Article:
And so stand we, hijacked by a group of angry zealots obsessed with trying to enslave half the world’s population in the name of religion. We watch them quietly as they demarcate boundaries, chalk out lines which women must not cross
There is a hotel in Jeddah which sports a rather unusual sign by its swimming pool. It is a sign that thousands walk by daily. And yet few, if any, eyebrows are raised; few, if any, sensibilities are offended. It is a sign that, for me at least, is a scathing reminder of an archaic mindset that continues to plague us, a cause for alarm. But for many, it is just a sign that reads: “No dogs or women allowed”, nothing more, nothing less.
A few weeks ago, a student of mine returned from Umrah, full of stories about her wonderful trip with her grandparents. And yet she could not stop talking about this poolside sign. She related the story to me with wide-eyed amazement, how she thought she was seeing things and how she rubbed her eyes to see correctly. And when she realised what the sign actually said, she says she thought of me.
I wondered, for the longest time, what it was about that hateful sign that brought me to her mind. Over the course of the year, we have discussed apartheid, the separation of races in South Africa. We have discussed Rosa Parks, the African American woman who refused to sit in the “black” section of a public bus. And we have discussed the British Raj, a time in which many restaurants in British India had signs that said “No dogs and Indians allowed”.
Yet no matter how inhumane, how shameless the segregation, in class it was merely academic, a thing of the past, an abhorrence of history to point fingers at in much the same way one does so at a weird science exhibit. To watch the abhorrence pop out of the black and white pages of history, however, and mutate into a real-life, technicolour experience was for her too surreal an encounter; so surreal that it left her standing on the flagstone floor of the hotel, rubbing her eyes.
She had heard me, all year, talk about the dignity and the rights given to women by Islam. She had heard me talk about how our Holy Prophet (PBUH) elevated the status of women, doing away with misogynistic customs of the pre-Islamic Bedouins, curtailing the rights of men, even giving woman the right to inherit, something which was revolutionary for the time. His own wife, Hazrat Bibi Khadija (RA), the first woman to embrace Islam, was not someone who practiced Taliban-stye purdah but was instead a bold, confident and well respected businesswoman known for her intellect.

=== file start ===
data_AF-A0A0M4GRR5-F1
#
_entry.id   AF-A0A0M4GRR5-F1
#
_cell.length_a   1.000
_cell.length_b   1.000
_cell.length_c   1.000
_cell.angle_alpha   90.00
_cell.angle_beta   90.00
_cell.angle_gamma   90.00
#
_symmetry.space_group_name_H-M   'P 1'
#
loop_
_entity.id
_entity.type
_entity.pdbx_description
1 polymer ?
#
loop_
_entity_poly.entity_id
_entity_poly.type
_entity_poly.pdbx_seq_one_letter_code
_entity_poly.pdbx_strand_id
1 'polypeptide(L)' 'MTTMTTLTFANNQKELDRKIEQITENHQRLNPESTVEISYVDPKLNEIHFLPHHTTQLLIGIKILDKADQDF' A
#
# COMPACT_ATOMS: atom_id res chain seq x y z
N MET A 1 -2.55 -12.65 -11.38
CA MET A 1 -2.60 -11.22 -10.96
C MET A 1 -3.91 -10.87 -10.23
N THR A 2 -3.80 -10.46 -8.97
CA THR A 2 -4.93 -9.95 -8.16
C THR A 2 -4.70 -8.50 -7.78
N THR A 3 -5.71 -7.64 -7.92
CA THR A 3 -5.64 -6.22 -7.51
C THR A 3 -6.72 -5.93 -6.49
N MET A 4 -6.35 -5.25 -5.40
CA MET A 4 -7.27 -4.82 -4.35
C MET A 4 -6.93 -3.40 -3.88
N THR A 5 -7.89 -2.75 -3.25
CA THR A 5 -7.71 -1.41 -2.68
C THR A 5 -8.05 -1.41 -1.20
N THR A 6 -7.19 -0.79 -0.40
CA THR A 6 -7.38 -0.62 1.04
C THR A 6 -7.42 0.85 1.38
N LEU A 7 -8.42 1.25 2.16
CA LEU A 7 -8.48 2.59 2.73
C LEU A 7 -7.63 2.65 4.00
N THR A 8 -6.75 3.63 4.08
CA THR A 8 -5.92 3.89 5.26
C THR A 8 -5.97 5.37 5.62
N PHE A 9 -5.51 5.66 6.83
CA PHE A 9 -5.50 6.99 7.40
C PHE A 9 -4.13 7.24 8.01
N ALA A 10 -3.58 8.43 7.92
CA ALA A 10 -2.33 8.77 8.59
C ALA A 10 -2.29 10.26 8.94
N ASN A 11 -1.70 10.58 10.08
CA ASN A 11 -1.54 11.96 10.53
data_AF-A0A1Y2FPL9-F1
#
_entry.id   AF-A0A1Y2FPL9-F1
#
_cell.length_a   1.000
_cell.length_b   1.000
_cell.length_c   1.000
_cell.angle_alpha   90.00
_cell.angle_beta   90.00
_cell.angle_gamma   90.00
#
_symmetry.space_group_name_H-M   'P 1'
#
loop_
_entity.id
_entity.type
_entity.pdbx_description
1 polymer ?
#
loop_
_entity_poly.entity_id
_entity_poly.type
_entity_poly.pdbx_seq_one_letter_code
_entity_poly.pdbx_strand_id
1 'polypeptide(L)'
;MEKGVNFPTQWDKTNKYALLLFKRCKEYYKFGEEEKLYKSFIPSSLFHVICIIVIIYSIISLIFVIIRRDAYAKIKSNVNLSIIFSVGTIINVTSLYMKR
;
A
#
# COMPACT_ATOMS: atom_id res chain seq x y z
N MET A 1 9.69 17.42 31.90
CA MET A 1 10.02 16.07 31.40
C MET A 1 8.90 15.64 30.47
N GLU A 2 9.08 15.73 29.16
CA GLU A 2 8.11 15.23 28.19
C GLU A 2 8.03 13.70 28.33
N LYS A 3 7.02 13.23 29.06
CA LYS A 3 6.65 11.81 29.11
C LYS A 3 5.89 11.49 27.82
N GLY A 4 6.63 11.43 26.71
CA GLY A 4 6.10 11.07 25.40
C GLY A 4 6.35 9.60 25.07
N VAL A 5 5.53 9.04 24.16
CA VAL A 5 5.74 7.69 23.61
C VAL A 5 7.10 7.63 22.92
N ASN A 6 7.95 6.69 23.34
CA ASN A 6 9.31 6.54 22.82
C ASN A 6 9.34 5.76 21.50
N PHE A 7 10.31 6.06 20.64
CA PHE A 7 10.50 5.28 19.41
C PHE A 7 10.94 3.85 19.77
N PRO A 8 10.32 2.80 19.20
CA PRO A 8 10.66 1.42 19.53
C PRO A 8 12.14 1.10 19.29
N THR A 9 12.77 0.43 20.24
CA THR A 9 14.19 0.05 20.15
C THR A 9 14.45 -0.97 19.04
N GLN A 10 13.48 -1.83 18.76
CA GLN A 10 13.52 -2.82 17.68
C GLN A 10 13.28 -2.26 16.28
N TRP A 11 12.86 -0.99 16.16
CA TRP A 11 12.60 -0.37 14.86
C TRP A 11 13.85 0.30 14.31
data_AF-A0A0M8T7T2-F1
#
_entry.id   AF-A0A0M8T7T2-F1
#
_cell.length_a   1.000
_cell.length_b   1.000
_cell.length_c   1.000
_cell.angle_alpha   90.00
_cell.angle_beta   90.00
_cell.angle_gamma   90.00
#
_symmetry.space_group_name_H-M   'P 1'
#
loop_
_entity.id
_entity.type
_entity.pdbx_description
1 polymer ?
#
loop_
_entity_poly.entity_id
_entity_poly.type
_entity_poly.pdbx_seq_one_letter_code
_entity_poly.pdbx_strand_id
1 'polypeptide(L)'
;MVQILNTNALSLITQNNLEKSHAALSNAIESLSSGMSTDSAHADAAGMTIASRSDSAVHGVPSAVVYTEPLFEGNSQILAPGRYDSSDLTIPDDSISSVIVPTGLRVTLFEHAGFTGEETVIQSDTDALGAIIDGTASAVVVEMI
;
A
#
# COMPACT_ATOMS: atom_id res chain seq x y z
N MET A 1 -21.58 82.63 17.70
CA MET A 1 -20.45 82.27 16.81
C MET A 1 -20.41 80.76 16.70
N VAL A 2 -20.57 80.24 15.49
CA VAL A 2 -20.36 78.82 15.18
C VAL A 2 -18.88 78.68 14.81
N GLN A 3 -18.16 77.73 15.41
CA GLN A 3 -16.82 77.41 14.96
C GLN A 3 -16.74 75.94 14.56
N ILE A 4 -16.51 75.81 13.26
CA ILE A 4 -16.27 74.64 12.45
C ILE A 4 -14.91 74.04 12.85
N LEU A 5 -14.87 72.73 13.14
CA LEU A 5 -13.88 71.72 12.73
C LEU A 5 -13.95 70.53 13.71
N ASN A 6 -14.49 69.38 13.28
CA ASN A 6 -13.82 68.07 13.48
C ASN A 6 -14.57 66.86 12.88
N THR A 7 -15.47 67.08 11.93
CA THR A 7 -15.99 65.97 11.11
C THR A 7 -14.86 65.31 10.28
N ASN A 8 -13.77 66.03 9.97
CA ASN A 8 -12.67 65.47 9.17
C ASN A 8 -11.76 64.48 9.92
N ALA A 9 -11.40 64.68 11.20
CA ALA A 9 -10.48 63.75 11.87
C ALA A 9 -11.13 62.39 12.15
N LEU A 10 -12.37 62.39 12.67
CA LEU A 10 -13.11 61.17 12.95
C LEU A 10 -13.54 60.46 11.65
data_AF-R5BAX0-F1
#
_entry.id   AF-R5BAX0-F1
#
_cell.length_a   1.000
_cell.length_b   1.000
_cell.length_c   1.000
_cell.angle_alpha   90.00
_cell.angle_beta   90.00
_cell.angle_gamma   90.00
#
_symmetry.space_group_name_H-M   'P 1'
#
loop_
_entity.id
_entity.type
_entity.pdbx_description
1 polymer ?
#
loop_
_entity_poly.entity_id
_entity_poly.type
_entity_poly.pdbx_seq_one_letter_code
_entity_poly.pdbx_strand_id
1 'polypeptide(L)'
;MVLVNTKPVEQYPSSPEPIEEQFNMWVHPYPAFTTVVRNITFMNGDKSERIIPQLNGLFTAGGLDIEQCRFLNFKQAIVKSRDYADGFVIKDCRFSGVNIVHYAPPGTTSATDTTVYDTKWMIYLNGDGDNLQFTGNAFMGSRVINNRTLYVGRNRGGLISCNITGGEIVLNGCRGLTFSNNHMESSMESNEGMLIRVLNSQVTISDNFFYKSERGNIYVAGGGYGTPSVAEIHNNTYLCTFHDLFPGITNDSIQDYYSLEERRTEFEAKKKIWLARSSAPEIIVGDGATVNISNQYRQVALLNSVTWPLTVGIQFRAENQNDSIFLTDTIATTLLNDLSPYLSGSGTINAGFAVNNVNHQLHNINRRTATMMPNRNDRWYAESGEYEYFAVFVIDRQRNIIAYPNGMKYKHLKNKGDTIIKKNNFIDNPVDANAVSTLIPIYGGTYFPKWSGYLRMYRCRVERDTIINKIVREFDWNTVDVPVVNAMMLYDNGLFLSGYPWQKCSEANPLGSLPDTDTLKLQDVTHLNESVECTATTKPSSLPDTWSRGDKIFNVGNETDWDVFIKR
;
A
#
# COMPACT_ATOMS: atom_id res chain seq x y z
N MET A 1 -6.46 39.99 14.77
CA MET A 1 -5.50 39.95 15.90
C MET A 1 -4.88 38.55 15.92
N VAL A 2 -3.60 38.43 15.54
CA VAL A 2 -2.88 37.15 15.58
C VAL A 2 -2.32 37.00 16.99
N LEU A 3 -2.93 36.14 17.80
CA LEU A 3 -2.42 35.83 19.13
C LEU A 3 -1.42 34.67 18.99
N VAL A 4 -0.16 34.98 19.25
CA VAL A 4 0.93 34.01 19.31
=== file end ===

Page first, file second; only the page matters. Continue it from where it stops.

And yet, instead of taking his example and moving forward, we seem to have regressed. Instead of imbibing the essence of the progressiveness and humanity this great man embodied, we have desecrated it.
And so stand we, hijacked by a group of angry zealots obsessed with trying to enslave half the world’s population in the name of religion. We watch them quietly as they demarcate boundaries, chalk out lines which women must not cross. Those who dare to are met with shock, hostility and, even, violence. In some parts of Pakistan, women who leave their homes without the dupatta are spit upon; others, not quite as lucky, have acid thrown on their faces. In a hotel in Saudi Arabia, women and dogs are clumped in the same category.
Let me be clear: I am not condoning topless sunbathing nor do I consider it a sign of being progressive. I am simply condemning an attitude that equates women with dogs.
Recently I joined a UN-based women’s group called the Global Peace Initiative of Women. In March, I attended “Making Way for the Feminine”, a global summit that brought together some of the most extraordinary women leaders from around the world; senior women religious and spiritual leaders, women from business, government and civil society as well as a special delegation of young community leaders and professionals.
There were women from all walks of life and from all fields — from education to law to medicine — brought together by their unwavering dedication to social service. I think of all these great souls, all these devoted beings contributing so much to the world. Why would anyone want to keep them locked up behind four walls? Why would anyone bar them from the public sphere?
Here, in Pakistan, there are acceptable and unacceptable places for women to be seen in, acceptable and unacceptable activities for them to partake in. It is okay to be seen shopping for food or clothes. It is okay to be seen chauffeuring your children around. Only those who have ever stepped outside the demarcated boundaries know of the repercussions. Remember what happened to the women who dared to participate in the Lahore marathon?
Recently I gave in to the demands of my seven year-old and took him and Queenie, our five month-old Bloodhound, to the park. It was barely an act of lewdness. And yet I was met by the most vulgar, most profane of comments. I guess dogs on leashes are acceptable only if they are accompanied by a male (servant preferably). A woman on the other side of the leash, however, is not okay.
As I drove home that day, stunned by the reaction I had caused, I couldn’t stop thinking of that poolside sign in Jeddah. There was absolutely no doubt in my mind that here in Pakistan, women and dogs were viewed with equal contempt. And both, unless supervised by an appropriate male, were equally unwelcome.
Ayeda Naqvi is a journalist and a teacher and can be contacted at firstname.lastname@example.org
Courtesy: Daily Times, 27/5/2008